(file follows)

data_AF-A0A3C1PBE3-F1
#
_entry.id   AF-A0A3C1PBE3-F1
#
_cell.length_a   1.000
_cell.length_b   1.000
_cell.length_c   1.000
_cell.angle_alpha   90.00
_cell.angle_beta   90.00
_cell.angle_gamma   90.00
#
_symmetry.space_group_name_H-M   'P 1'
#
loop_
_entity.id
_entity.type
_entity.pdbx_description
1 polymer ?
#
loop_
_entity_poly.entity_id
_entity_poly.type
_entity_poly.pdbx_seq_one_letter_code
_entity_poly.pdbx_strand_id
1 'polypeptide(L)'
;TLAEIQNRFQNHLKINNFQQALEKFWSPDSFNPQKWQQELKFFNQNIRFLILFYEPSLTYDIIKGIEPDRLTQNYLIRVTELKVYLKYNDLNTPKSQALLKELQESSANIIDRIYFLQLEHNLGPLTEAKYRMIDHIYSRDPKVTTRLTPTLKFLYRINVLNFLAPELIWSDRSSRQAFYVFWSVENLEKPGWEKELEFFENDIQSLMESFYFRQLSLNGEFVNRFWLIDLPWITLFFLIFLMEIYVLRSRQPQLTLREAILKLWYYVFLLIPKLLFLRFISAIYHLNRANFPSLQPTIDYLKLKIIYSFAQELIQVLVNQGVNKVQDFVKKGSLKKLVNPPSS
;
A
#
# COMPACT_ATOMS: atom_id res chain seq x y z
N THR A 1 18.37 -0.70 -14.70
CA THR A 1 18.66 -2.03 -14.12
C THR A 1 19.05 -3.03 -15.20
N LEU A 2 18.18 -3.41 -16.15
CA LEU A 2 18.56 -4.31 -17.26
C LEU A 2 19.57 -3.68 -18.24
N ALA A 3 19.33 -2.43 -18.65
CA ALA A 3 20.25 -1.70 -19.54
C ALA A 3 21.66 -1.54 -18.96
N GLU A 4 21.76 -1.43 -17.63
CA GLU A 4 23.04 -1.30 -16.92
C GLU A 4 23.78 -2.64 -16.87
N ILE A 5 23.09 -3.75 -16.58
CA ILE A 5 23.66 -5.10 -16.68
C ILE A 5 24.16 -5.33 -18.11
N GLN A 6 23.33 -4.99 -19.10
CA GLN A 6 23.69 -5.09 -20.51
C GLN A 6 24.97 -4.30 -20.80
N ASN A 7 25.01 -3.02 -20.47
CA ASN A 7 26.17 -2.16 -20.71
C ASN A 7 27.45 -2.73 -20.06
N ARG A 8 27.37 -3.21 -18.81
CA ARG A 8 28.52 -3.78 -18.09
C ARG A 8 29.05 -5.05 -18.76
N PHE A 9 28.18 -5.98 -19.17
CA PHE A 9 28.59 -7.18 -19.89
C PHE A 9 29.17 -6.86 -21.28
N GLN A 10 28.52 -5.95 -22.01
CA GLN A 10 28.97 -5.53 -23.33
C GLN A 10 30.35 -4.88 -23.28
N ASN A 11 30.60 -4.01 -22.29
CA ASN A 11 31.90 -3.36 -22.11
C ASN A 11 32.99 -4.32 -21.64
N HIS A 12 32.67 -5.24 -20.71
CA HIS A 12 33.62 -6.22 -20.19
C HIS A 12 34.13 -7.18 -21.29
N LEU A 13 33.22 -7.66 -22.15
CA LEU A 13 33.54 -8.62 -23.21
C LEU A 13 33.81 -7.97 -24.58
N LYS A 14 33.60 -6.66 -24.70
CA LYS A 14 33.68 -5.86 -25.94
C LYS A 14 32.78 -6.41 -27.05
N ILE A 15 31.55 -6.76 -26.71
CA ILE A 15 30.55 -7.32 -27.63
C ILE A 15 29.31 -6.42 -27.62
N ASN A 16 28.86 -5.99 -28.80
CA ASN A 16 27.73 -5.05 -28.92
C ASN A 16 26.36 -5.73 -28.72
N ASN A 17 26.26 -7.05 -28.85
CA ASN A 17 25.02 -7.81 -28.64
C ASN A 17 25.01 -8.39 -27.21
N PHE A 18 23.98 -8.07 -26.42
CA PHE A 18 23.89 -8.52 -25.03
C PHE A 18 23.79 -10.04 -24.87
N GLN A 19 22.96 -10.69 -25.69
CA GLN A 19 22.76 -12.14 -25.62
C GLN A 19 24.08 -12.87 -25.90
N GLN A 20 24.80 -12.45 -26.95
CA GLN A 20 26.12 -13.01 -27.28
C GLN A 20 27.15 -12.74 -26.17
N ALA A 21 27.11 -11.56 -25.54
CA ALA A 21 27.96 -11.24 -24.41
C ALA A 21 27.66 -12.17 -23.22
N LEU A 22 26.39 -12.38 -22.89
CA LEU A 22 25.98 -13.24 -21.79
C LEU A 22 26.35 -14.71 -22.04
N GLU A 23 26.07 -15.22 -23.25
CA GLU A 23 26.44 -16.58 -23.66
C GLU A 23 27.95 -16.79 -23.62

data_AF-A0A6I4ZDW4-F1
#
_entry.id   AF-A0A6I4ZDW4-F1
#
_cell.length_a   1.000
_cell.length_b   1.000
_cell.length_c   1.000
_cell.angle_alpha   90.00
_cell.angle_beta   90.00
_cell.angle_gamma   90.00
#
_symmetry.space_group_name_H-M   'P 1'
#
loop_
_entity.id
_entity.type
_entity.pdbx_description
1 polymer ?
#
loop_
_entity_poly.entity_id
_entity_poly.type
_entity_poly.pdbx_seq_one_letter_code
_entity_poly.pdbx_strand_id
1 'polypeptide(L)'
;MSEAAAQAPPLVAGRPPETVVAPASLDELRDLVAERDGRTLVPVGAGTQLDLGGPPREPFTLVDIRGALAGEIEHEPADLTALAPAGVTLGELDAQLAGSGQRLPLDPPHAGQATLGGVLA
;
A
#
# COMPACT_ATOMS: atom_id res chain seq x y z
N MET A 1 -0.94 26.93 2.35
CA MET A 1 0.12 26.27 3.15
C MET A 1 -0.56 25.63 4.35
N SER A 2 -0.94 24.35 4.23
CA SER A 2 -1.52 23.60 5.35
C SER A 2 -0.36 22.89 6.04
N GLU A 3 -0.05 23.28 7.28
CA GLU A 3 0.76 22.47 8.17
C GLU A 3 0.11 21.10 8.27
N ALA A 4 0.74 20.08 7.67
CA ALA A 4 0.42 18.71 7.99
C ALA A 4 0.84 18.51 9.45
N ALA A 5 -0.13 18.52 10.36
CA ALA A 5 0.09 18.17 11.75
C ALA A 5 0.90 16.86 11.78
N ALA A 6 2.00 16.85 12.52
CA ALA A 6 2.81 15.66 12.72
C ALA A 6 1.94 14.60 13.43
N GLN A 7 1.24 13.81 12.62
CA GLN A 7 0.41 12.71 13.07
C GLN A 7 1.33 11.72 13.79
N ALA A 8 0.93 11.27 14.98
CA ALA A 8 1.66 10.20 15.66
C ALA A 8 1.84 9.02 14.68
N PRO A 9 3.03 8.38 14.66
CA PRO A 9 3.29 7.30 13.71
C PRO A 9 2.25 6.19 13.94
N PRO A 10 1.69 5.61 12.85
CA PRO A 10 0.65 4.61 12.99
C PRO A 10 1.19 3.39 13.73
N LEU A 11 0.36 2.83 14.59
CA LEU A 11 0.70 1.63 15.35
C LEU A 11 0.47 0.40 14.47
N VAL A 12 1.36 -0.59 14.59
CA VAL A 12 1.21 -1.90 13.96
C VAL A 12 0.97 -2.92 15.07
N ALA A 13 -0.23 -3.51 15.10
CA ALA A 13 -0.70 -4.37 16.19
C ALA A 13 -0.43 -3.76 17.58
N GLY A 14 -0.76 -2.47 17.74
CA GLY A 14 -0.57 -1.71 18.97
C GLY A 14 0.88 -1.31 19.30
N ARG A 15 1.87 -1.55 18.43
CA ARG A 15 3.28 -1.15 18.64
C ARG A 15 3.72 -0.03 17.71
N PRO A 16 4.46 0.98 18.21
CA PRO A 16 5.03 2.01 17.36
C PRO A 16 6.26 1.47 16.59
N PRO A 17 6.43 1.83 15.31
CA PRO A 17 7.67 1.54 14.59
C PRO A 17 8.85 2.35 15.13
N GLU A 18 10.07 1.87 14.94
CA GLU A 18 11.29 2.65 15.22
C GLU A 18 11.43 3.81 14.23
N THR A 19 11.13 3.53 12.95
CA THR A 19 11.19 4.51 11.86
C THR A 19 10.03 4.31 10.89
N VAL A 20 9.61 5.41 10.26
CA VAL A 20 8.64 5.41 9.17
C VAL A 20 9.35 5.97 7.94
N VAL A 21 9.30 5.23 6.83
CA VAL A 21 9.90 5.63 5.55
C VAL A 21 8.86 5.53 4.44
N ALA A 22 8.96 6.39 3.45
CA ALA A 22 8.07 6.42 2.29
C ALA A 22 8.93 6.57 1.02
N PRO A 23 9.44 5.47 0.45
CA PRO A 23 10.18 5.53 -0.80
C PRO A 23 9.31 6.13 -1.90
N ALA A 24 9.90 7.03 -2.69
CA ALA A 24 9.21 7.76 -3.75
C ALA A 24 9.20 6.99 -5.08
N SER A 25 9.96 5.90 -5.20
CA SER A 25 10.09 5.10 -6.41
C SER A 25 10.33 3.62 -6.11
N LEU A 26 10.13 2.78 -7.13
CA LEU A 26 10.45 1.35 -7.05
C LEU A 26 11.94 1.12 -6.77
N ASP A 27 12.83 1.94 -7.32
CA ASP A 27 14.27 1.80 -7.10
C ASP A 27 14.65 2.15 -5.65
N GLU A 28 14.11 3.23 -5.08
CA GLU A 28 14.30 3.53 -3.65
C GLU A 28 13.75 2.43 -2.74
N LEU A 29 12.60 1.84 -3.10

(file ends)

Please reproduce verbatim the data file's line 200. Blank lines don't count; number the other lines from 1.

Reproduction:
CA ALA A 24 9.21 7.76 -3.75